Back in 1950, my industry realized that government by itself was unlikely to fund sufficient fishery science to ensure proper management. We supported the establishment of an excise tax on rods and reels (10 percent) that was collected by the Federal government and used for fishery management. In 1984, recognizing the increasing need, we expanded the tax to cover almost all recreational fishing products. Today this tax collects over $100 million each year for fishery management. Unfortunately, it has not been enough and much more needs to done especially in Federal waters.

MEAM: What role do you think the precautionary principle should play in cases of scientific uncertainty?

Nussman: We would all like a world with more certainty, whether it's in decisions regarding ocean resources or in the allocations for our retirement savings accounts. Unfortunately, there never seem to be enough good data, and thus we deal with uncertainty in many of our decisions. With that as a given, I think the US Ocean Policy Task Force [on whose recommendations the new US ocean policy is based] got it right when it defined the precautionary approach: that is, "Where there are threats of serious or irreversible damage, lack of full scientific certainty shall not be used as a reason for postponing cost-effective measures to prevent environmental degradation." While I'm not a scientist, several terms from the definition stand out to me, specifically "lack of full scientific certainty" and "cost-effective measures".

If I remember my philosophy of science course from many years ago, I believe it was Karl Popper who asserted that scientific theories cannot be verified but only refuted. While that may be overly simplistic, there is a broad agreement that science is not a series of facts that can be known with "full scientific certainty". If we invoke the precautionary approach whenever we have less than full certainty, then we will be invoking it all the time.

My understanding of current scholarly work in environmental policy is that instead of attempting the impossible task of removing all scientific uncertainty, the role of science is to help bound possible solutions. But as the Task Force's report reminds us when it refers to "cost effective measures", other factors are also critical in bounding policy solutions. Integrating science-based knowledge with economics, values, and societal goals is at the heart of the ecosystem services framework that has been embraced by scientists and policy makers alike.

C. Balancing protection and development requires negotiation

Kurt Derbyshire
Principal Fisheries Resource Officer (Marine Habitat), Fisheries Queensland, Australia. E-mail:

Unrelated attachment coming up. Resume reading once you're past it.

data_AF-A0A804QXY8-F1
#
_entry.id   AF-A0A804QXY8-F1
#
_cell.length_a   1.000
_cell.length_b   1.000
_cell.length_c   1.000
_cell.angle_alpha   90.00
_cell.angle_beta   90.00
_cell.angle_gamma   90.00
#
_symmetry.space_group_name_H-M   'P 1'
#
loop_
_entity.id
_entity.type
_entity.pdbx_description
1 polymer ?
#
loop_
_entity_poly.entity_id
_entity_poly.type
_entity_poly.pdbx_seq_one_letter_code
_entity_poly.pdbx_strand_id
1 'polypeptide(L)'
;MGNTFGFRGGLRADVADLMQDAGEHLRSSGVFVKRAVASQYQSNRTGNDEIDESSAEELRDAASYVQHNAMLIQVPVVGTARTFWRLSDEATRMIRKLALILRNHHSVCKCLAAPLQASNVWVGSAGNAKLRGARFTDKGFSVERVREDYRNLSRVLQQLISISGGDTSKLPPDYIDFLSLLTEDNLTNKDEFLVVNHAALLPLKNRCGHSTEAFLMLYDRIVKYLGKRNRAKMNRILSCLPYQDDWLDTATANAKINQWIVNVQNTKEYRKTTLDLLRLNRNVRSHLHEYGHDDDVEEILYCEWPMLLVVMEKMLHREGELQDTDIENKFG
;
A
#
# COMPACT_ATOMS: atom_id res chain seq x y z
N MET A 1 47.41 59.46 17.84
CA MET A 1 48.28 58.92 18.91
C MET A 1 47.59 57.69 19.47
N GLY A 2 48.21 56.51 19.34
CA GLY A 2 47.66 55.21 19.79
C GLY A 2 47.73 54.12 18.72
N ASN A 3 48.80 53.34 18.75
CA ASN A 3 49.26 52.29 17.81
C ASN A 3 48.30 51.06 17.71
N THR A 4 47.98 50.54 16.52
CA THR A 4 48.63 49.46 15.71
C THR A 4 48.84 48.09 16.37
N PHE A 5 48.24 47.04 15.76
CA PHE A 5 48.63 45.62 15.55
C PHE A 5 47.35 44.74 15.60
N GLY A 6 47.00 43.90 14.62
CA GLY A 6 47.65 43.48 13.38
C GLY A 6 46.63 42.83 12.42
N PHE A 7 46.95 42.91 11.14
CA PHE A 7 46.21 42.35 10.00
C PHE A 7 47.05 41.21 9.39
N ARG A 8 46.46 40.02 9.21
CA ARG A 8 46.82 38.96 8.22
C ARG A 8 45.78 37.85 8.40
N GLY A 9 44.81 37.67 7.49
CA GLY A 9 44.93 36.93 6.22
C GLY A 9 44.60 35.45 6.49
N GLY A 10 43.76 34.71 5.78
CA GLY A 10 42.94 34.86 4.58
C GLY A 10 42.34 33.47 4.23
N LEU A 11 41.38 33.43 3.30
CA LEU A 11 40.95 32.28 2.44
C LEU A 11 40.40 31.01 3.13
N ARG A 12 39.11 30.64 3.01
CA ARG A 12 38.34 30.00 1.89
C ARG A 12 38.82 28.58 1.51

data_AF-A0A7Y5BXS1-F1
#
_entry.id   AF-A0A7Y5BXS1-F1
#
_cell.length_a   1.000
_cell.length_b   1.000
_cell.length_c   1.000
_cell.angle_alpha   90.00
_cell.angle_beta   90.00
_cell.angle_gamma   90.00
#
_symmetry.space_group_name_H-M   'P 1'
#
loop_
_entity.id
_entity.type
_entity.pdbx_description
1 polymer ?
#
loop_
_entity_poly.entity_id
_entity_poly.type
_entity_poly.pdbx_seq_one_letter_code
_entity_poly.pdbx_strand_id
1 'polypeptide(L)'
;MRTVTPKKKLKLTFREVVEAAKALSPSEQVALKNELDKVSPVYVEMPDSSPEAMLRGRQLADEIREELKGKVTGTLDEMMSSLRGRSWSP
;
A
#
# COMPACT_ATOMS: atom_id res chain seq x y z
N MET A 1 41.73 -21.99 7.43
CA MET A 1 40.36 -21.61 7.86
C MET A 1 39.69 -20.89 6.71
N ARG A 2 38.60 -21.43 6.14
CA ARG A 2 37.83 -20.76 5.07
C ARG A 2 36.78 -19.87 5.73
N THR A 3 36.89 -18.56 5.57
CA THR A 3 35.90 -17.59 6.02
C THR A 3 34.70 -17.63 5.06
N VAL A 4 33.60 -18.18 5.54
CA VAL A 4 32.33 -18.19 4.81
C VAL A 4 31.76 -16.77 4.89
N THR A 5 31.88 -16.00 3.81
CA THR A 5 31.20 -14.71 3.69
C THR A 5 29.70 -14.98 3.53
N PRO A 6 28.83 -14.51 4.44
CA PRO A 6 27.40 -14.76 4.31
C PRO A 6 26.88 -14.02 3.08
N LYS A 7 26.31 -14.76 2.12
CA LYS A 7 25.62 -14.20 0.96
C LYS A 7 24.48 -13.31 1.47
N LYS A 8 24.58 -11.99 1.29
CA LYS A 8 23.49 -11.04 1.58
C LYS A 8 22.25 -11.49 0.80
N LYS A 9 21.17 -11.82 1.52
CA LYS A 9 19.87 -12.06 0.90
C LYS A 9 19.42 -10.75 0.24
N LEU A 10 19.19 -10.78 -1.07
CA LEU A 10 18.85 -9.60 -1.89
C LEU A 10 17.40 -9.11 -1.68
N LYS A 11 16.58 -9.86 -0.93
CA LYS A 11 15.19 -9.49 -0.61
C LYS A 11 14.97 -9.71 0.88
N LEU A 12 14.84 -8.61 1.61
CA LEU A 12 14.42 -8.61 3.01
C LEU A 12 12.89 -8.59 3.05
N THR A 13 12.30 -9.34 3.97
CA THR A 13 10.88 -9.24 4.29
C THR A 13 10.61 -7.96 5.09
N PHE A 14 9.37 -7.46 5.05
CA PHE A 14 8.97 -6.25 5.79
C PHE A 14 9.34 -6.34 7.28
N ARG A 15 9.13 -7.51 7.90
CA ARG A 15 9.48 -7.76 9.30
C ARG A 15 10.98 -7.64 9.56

(Editor's note: Kurt Derbyshire assists in the management of Queensland's declared Fish Habitat Areas, a system of multiple-use MPAs that protect natural fish habitats from alteration and degradation related to development.)

MEAM: How do you balance ecological science with other considerations in planning and managing the system of declared Fish Habitat Areas (FHAs)?

Kurt Derbyshire: As a starting point, we are required to balance ecology with social and economic factors by the legislation under which we declare and manage FHAs – the Queensland Fisheries Act 1994 and Fisheries Regulation 2008, which are based on the principles of ecologically sustainable development (ESD). The Act outlines what the principles of ESD are and what must be balanced, including use of the precautionary principle.

The key objective is to protect fish habitats (the term can be considered as the equivalent to 'wetlands') from the threats and impacts of coastal development. Part of the determination of draft boundaries for an Area of Interest Plan (used in the first round of consultation) includes a review of existing development and proposed development to avoid inclusion of such activities. This also sets boundaries for where such development can occur (i.e., outside the area that is finally declared). The process of balancing protection of fish habitats and the needs – perceived or real – for future development includes direct negotiation with local and state government agencies responsible for promoting development. A key consideration for the local community is that fishing remains as a legitimate activity within each FHA.

BOX: In Europe, a "huge step forward in science" for EBM

Two developments in Europe are helping to strengthen the scientific groundwork for implementing EBM:

  • A new report, Science dimensions of an Ecosystem Approach to Management of Biotic Ocean Resources (SEAMBOR), offers independent scientific input to current EU policy-making on the marine environment, such as the European Commission's new Marine Strategy Framework Directive. The Directive aims to achieve "Good Environmental Status" of all European seas by 2020. The SEAMBOR report – produced by a working group of three regional marine science organizations (International Council for the Exploration of the Sea [ICES], the European Fisheries and Aquaculture Research Organisation, and the Marine Board of the European Science Foundation) – identifies knowledge gaps in understanding ecosystems, human impacts, management effectiveness, and more. Then it offers a workplan for improving the science base. The report is at
  • A series of reports on defining and managing descriptors of Good Environmental Status for marine waters – from biological diversity, to food webs, to seafloor integrity, and more – has been produced through a joint effort of ICES and the EU Joint Research Centre. The reports are

Jake Rice, chair of the SEAMBOR working group, says these two developments represent major progress for the field. "Together, these mark a huge step forward in the science basis for integrated approaches to marine ecosystem management," he says.